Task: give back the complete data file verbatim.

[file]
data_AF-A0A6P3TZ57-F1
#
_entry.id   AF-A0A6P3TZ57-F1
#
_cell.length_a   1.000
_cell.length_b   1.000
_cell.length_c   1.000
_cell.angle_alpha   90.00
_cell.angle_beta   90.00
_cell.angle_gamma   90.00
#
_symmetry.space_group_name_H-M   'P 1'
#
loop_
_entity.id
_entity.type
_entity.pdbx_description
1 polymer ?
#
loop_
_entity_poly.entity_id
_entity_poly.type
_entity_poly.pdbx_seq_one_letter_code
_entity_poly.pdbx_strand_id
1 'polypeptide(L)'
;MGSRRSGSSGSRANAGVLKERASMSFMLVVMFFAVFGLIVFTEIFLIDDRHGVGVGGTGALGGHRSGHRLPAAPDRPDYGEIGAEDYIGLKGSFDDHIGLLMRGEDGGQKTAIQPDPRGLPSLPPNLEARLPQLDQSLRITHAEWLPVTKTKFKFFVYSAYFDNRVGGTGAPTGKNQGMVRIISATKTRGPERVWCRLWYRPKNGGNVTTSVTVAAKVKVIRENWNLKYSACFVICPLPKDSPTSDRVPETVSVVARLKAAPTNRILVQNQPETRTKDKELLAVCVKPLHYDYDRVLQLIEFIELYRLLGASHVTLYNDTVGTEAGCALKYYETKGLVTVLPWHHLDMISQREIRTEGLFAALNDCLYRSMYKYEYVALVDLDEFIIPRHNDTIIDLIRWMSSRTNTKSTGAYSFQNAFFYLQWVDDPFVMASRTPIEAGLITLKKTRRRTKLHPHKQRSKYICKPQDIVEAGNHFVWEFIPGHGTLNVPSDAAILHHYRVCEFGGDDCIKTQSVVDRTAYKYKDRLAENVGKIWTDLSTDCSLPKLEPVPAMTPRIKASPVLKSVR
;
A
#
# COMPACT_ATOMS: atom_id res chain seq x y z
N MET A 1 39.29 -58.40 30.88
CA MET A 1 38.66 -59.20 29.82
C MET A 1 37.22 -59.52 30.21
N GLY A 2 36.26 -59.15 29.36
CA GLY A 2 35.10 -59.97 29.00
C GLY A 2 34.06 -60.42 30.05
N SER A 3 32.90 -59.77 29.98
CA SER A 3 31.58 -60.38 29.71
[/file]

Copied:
data_AF-A0A6P3TZ57-F1
#
_entry.id   AF-A0A6P3TZ57-F1
#
_cell.length_a   1.000
_cell.length_b   1.000
_cell.length_c   1.000
_cell.angle_alpha   90.00
_cell.angle_beta   90.00
_cell.angle_gamma   90.00
#
_symmetry.space_group_name_H-M   'P 1'
#
loop_
_entity.id
_entity.type
_entity.pdbx_description
1 polymer ?
#
loop_
_entity_poly.entity_id
_entity_poly.type
_entity_poly.pdbx_seq_one_letter_code
_entity_poly.pdbx_strand_id
1 'polypeptide(L)'
;MGSRRSGSSGSRANAGVLKERASMSFMLVVMFFAVFGLIVFTEIFLIDDRHGVGVGGTGALGGHRSGHRLPAAPDRPDYGEIGAEDYIGLKGSFDDHIGLLMRGEDGGQKTAIQPDPRGLPSLPPNLEARLPQLDQSLRITHAEWLPVTKTKFKFFVYSAYFDNRVGGTGAPTGKNQGMVRIISATKTRGPERVWCRLWYRPKNGGNVTTSVTVAAKVKVIRENWNLKYSACFVICPLPKDSPTSDRVPETVSVVARLKAAPTNRILVQNQPETRTKDKELLAVCVKPLHYDYDRVLQLIEFIELYRLLGASHVTLYNDTVGTEAGCALKYYETKGLVTVLPWHHLDMISQREIRTEGLFAALNDCLYRSMYKYEYVALVDLDEFIIPRHNDTIIDLIRWMSSRTNTKSTGAYSFQNAFFYLQWVDDPFVMASRTPIEAGLITLKKTRRRTKLHPHKQRSKYICKPQDIVEAGNHFVWEFIPGHGTLNVPSDAAILHHYRVCEFGGDDCIKTQSVVDRTAYKYKDRLAENVGKIWTDLSTDCSLPKLEPVPAMTPRIKASPVLKSVR
;
A
#
# COMPACT_ATOMS: atom_id res chain seq x y z
N MET A 1 39.29 -58.40 30.88
CA MET A 1 38.66 -59.20 29.82
C MET A 1 37.22 -59.52 30.21
N GLY A 2 36.26 -59.15 29.36
CA GLY A 2 35.10 -59.97 29.00
C GLY A 2 34.06 -60.42 30.05
N SER A 3 32.90 -59.77 29.98
CA SER A 3 31.58 -60.38 29.71